NASHVILLE – When Marc-Andre Fleury handed the Stanley Cup off to Matt Murray after the Pittsburgh Penguins’ claimed their second straight title, it was a symbolic gesture of one franchise goaltender passing the torch to another.
While Fleury had played more games over the past two seasons, Murray received the lion’s share of work in the postseason, helping the Penguins add a fourth and now fifth Cup banner. The goaltenders had a special bond, working with one another on a daily basis and stepping in when injury felled the other. Their relationship wasn’t one of competitive rivalry, but rather that of a mutual support system.
“It means everything to me, honestly,” Murray said of Fleury’s Cup pass. “The fact that he handed me the Cup there that was one of the most special moments in my life, for sure.”
A year ago, Murray was thrown onto the Stanley Cup Playoff stage after Fleury was sidelined with a concussion. He took over in Game 3 of Round 1 against the New York Rangers, and aside from one Eastern Conference Final game where Fleury regained his crease, it was the rookie who led the Penguins to a Cup victory over the San Jose Sharks.
Fast forward a year later and it was Fleury’s turn to step up when a groin injury sidelined Murray prior to Pittsburgh’s first playoff game. The veteran goaltender helped the Penguins through two rounds before the combination of a bad Game 3 vs. the Ottawa Senators in the conference final and Murray returning to full health saw head coach Mike Sullivan make a change in net.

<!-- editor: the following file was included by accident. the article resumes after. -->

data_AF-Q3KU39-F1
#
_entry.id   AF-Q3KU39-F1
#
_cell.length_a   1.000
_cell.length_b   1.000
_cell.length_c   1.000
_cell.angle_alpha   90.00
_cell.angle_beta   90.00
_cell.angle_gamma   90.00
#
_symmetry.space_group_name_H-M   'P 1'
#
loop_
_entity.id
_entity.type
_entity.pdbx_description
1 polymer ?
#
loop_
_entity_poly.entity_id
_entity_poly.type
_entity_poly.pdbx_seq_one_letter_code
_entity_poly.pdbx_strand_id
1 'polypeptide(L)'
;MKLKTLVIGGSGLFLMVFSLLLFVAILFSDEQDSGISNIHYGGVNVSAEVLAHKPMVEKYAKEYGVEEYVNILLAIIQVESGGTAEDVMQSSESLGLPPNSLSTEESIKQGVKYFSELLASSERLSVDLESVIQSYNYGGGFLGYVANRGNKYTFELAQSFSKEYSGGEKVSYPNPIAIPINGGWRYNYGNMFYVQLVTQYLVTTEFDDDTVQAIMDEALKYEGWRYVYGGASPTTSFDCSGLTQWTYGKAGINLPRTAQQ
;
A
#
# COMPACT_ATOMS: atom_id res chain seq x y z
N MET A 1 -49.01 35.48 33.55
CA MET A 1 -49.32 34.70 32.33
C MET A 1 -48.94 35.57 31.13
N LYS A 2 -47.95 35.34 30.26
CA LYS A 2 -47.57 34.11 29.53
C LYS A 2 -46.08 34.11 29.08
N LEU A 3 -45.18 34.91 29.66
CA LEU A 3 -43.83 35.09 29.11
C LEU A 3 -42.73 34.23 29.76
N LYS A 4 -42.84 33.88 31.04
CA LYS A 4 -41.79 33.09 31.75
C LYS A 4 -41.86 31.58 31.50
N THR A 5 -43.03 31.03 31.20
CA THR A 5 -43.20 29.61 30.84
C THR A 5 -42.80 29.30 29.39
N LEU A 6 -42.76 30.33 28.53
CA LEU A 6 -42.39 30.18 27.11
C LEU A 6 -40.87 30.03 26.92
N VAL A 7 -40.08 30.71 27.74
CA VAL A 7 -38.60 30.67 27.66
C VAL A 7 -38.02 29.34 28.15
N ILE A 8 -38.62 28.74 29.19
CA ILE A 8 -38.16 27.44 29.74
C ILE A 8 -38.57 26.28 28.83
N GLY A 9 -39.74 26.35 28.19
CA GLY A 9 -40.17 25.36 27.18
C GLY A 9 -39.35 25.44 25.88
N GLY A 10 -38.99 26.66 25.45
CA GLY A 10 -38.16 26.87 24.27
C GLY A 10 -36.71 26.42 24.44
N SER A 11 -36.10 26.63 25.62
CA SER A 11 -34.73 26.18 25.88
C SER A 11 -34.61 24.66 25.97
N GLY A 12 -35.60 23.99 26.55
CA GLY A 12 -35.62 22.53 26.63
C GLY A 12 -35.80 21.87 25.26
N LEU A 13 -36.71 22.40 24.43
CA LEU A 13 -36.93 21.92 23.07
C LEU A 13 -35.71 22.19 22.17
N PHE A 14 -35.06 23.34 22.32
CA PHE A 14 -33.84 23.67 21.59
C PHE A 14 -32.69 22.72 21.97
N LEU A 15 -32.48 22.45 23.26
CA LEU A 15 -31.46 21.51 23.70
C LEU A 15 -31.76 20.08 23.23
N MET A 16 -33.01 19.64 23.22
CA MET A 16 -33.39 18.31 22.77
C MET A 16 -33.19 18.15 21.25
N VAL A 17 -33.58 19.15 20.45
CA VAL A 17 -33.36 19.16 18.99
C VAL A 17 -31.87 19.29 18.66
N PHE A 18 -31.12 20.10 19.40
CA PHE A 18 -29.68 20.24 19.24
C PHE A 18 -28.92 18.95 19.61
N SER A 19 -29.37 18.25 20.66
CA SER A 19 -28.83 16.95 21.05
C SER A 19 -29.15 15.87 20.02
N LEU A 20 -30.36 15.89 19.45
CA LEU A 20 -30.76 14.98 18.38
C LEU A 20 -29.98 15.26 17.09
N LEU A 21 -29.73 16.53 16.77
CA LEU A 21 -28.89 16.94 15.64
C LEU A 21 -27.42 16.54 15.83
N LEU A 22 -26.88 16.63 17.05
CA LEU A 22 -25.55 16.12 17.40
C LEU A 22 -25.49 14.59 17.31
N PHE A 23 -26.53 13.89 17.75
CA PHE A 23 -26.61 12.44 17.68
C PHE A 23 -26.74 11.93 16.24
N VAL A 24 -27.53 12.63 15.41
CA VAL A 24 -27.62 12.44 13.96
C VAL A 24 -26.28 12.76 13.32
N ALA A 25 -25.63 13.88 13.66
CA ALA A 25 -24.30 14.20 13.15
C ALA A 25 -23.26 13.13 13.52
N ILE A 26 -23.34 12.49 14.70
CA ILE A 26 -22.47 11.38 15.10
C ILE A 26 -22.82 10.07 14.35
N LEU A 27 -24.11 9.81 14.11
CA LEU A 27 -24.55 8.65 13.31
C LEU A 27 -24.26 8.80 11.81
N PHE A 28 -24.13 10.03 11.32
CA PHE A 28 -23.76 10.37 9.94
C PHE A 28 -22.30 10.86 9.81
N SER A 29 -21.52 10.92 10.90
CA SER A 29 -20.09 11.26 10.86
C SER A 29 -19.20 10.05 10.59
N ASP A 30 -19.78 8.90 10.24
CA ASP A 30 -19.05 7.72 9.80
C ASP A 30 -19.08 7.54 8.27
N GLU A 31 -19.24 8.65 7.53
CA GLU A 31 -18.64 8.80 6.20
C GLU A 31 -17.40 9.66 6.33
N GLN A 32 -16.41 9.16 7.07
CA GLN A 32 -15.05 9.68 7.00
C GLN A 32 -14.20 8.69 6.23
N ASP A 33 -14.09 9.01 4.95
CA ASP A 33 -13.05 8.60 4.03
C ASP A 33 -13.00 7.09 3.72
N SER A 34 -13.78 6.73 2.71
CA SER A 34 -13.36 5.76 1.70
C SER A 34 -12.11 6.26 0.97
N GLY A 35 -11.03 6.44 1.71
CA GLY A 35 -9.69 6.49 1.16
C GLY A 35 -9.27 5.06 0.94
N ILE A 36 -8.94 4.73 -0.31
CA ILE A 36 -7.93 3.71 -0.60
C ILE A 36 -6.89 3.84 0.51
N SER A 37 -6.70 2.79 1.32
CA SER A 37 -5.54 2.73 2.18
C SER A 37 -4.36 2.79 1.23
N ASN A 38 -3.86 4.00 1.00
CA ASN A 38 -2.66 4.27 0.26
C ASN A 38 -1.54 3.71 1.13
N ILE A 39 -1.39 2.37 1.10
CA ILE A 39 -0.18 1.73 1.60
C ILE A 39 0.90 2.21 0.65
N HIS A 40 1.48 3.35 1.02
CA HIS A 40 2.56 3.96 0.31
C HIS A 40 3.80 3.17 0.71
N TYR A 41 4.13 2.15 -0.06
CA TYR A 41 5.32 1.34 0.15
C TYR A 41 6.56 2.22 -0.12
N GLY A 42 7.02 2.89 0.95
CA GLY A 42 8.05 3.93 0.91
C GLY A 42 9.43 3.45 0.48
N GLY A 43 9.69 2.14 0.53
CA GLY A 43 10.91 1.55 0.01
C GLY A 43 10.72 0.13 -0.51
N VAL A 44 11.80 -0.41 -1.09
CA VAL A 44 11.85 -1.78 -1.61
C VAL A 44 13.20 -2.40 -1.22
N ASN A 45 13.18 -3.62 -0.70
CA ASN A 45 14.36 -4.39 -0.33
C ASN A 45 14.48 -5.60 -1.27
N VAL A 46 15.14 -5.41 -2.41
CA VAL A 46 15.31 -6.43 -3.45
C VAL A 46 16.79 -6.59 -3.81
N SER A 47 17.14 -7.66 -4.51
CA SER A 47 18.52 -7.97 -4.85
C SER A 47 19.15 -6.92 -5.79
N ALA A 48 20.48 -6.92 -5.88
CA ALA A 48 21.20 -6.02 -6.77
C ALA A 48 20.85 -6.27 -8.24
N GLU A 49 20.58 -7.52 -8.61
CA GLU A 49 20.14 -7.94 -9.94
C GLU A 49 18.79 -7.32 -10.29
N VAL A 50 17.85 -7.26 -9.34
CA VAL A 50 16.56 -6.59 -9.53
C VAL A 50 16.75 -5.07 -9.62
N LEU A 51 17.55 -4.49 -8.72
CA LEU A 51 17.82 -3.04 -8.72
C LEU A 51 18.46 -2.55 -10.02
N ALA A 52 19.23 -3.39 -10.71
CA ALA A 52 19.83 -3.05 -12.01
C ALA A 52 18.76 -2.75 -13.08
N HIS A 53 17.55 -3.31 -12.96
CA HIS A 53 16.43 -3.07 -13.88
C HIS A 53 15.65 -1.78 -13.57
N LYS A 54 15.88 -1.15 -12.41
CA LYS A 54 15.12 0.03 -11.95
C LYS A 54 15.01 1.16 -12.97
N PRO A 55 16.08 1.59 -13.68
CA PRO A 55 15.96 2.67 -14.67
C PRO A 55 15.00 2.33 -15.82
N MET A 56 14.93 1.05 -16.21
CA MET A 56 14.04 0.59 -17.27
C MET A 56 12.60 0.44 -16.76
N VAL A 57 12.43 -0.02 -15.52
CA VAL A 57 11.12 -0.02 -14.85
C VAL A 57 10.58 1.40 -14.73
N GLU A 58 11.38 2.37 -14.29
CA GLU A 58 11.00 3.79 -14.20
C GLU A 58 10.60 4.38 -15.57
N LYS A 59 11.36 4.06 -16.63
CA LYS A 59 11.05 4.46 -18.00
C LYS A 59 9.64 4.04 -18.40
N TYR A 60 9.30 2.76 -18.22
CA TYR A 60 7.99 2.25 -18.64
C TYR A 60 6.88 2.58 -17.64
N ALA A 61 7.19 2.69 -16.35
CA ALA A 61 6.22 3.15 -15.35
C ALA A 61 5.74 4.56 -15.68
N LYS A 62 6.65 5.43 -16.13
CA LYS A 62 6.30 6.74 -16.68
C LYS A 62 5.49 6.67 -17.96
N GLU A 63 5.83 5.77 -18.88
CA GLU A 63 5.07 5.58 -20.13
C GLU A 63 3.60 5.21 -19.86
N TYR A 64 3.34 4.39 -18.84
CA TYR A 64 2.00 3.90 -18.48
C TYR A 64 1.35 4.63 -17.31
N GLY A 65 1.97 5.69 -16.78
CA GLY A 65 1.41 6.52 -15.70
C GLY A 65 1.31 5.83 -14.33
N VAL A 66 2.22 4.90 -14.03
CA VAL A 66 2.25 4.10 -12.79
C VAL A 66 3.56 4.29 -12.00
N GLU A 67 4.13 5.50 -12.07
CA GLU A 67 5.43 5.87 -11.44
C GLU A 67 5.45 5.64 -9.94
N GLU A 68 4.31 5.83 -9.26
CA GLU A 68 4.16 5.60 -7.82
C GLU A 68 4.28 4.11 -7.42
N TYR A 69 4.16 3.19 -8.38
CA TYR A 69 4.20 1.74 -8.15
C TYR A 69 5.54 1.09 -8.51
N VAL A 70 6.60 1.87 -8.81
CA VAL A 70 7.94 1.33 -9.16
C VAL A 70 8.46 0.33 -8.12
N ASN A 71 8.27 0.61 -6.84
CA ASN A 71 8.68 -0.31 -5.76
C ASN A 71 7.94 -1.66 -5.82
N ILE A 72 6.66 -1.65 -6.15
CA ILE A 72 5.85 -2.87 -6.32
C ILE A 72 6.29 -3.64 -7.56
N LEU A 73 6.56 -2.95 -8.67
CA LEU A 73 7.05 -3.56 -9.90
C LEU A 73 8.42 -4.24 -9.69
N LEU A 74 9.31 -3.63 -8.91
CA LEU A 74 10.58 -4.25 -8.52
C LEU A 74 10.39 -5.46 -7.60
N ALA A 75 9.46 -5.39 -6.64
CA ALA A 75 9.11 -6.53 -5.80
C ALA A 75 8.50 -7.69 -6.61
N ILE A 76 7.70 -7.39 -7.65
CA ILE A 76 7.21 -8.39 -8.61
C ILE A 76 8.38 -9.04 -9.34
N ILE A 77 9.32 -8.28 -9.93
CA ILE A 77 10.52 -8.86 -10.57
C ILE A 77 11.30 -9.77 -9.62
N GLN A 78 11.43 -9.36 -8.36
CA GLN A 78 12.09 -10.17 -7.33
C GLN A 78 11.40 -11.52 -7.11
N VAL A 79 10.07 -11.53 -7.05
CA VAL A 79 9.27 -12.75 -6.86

Murray took the reins and didn’t look back. He posted three shutouts in 11 starts, two of which came in the final two games against the Predators.
“My heart rate’s still pretty high from the game,” Murray said after his 27-save performance in Game 6. “It hasn’t stopped since. I’m trying to relax a bit here. I think it’ll start to sink in the next few days maybe, then we’ll enjoy it.”
The Penguins have begun their summer of celebrating, but very soon they’ll likely be saying goodbye to Fleury, a cornerstone piece of the franchise since being selected No. 1 overall in the 2003 NHL Draft. The Vegas Golden Knights’ expansion draft is next week and teams can only protect one goaltender. For the Penguins, Murray will be that guy, leading general manager Jim Rutherford to choose between several options.
Either he deals Fleury, who has a modified no-trade clause where he can list 18 teams he’d accept a trade to; convince the 32-year-old netminder to waive his no-move clause to be exposed in the expansion draft; or buy out the final two years of his contract, thereby making him an unrestricted free agent on July 1 and eligible to select his next destination.
For now, Fleury will enjoy his third Cup title and worry about the business side of hockey later on. While he may not have been in the crease the final game of the season like he was in 2009, he played a big role in helping this Penguins team after Murray went down. His play through parts of three rounds even had members of the Professional Hockey Writers Association inquiring if they could submit a Conn Smythe vote that included both goaltenders (that idea was shot down).
“I tried to remind myself when I got the Cup about those two series. It was some of the most fun hockey I’ve played,” Fleury said to Hockey Night in Canada afterward. “I really enjoyed those series, and obviously to win there at the end was nice.”
Fleury and Murray each played the role of soundboard for the other when encouragement or advice was needed. Over the past two years they developed a friendship as they worked to own the position as the Penguins’ No. 1 goaltender.
Murray moving forward will undisputedly own that title but Fleury’s contributions to an historic Cup victory will not be forgotten.
“I think together, we did a good job for these playoffs,” Fleury said via the Tribune Review. “He’s a good guy to share it with.”
– – – – – – –